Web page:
Travel guru Arthur Frommer says, “People travel in large part to visit the past." This includes archaeological sites; historic small towns and urban places; and heritage foods, products, and experiences.
First of all, it creates construction jobs. The effect then spreads to create more jobs. Preservation is much more labor-intensive than new construction, and all those laborers spend their wages locally. One example: in Michigan, $1 million spent rehabilitating buildings creates 12 more jobs than $1 million spent making cars.
Donovan Rypkema, an expert in the economic influence of historic preservation, says he has not seen a single example of sustained success in a downtown revitalization that did not have a preservation component. On the other hand, all of the expensive projects he has seen that did not incorporate historic preservation failed.
Ordinances for local historic districts can protect the integrity of the district, giving property owners the assurance that their investments will not be eroded by inappropriate development. This assurance usually leads to higher property values.
Quality of life makes a huge difference to businesses who need a creative, energetic talent pool to draw from. Creative, entrepreneurial people are drawn to unique historic, culture-rich areas.
Worker housing is one of today’s most crucial economic development issues. Small historic homes, historic apartment buildings, and historic buildings re-used as low-income housing can help fill this need. Tax credits for historic preservation as well as low-income housing are often available for projects that involve preservation and housing.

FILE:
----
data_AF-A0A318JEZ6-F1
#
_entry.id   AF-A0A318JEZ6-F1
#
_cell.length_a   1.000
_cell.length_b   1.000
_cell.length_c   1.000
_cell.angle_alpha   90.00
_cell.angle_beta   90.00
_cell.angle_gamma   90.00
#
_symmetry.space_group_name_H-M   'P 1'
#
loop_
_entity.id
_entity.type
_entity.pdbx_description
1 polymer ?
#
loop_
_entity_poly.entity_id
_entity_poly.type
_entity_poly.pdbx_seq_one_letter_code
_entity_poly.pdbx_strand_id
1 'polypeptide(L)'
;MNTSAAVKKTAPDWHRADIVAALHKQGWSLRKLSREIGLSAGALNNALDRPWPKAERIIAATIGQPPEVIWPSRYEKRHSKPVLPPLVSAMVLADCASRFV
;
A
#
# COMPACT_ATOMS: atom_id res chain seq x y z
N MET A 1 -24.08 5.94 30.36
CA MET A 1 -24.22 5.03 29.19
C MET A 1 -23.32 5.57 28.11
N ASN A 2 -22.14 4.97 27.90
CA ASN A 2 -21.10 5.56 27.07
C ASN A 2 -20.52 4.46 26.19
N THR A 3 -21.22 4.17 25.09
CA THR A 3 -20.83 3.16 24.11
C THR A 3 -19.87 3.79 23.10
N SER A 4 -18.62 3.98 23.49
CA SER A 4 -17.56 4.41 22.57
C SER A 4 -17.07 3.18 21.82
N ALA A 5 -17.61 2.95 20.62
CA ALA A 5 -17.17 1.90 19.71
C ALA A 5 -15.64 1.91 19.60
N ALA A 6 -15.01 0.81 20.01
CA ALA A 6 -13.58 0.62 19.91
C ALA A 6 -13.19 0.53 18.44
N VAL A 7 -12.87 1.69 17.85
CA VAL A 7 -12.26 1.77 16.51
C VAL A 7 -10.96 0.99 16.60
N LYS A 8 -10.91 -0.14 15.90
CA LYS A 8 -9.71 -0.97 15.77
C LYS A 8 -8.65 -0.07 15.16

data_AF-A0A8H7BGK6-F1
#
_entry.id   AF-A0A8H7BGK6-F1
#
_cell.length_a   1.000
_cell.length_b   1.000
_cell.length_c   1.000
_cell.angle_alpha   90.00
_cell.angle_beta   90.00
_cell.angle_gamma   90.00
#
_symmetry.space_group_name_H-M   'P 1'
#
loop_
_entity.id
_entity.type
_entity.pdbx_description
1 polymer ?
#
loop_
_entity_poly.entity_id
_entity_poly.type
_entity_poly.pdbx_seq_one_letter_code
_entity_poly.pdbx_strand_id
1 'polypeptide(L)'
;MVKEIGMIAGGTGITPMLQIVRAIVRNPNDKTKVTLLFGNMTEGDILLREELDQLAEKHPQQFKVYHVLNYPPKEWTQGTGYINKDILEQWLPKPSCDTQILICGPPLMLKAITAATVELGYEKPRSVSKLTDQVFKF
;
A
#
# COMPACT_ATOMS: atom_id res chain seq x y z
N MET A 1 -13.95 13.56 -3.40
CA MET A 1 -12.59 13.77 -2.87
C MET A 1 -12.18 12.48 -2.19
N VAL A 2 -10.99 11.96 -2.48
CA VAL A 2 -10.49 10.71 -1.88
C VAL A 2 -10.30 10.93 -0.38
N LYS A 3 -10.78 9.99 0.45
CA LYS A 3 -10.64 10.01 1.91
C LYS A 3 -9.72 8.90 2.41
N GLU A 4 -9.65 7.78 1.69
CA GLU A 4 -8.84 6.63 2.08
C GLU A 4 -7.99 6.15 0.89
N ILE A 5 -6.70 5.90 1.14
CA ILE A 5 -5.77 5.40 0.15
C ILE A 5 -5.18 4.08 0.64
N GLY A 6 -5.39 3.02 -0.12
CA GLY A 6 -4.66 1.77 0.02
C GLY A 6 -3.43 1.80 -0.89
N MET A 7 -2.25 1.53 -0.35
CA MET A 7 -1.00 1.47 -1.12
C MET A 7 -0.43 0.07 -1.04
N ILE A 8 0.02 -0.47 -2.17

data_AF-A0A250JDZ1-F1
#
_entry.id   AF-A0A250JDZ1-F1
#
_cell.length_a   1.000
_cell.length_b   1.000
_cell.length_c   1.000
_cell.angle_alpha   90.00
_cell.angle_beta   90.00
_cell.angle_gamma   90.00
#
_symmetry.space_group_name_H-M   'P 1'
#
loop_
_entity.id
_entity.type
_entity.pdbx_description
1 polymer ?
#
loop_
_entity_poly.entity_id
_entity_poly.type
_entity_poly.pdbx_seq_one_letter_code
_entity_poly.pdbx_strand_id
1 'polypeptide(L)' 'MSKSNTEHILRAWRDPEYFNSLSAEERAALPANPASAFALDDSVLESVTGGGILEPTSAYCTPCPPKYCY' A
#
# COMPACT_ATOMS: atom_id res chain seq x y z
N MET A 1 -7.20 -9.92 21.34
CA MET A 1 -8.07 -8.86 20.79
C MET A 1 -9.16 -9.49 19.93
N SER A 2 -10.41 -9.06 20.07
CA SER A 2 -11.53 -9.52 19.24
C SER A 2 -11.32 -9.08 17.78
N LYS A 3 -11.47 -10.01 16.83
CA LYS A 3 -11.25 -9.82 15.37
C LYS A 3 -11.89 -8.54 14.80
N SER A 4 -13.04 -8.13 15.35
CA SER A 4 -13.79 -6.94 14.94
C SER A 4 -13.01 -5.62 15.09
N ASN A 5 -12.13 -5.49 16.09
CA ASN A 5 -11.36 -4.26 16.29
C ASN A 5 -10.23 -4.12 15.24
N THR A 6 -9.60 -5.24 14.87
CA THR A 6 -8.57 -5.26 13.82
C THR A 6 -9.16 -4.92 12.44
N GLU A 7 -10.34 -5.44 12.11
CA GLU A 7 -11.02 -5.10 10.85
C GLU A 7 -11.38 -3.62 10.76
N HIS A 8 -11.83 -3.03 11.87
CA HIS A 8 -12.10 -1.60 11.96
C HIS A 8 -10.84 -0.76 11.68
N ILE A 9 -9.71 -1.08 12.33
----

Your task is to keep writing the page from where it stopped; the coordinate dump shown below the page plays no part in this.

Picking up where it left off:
Historic preservation keeps demolition debris out of landfills. Because landfills are a major expense, historic preservation helps save money for local governments.
Historic buildings are often energy-efficient. Building and demolishing buildings uses a great deal of energy to mill, mine, transport, and assemble materials. When you keep a building, you keep that "embodied energy" instead of sending it to the landfill.
See a discussion of this principle by State History architect Don Hartley.
These are only a few of the economic benefits of preserving and developing heritage resources. These benefits are taken from Donovan Rypkema, The Economics of Historic Preservation. For more benefits (100 in all!), see the book.